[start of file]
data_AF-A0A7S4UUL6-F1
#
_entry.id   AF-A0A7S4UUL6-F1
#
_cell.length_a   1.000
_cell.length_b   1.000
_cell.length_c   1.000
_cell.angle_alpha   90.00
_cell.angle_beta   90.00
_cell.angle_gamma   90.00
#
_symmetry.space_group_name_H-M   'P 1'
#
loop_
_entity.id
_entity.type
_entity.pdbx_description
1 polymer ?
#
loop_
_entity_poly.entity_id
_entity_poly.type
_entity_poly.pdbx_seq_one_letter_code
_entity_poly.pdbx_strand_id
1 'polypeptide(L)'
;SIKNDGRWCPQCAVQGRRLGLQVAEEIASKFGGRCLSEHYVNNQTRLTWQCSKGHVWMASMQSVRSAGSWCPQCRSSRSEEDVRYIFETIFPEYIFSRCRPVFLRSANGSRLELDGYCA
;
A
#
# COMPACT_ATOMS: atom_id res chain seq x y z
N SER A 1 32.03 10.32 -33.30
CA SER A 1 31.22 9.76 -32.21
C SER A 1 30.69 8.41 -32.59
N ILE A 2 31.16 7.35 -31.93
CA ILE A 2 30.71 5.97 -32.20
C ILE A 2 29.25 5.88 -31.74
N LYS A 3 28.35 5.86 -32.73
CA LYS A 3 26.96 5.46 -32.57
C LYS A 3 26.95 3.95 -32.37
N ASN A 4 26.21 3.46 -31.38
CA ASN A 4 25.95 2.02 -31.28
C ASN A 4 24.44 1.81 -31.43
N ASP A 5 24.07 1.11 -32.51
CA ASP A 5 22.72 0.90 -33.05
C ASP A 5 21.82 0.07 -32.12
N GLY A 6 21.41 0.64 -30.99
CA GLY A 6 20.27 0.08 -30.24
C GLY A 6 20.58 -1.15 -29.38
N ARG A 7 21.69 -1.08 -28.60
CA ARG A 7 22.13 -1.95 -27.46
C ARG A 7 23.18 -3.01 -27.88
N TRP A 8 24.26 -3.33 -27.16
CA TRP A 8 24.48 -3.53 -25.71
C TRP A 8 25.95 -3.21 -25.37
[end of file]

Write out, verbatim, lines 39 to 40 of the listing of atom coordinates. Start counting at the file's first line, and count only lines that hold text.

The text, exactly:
C LYS A 3 26.95 3.95 -32.37
N ASN A 4 26.21 3.46 -31.38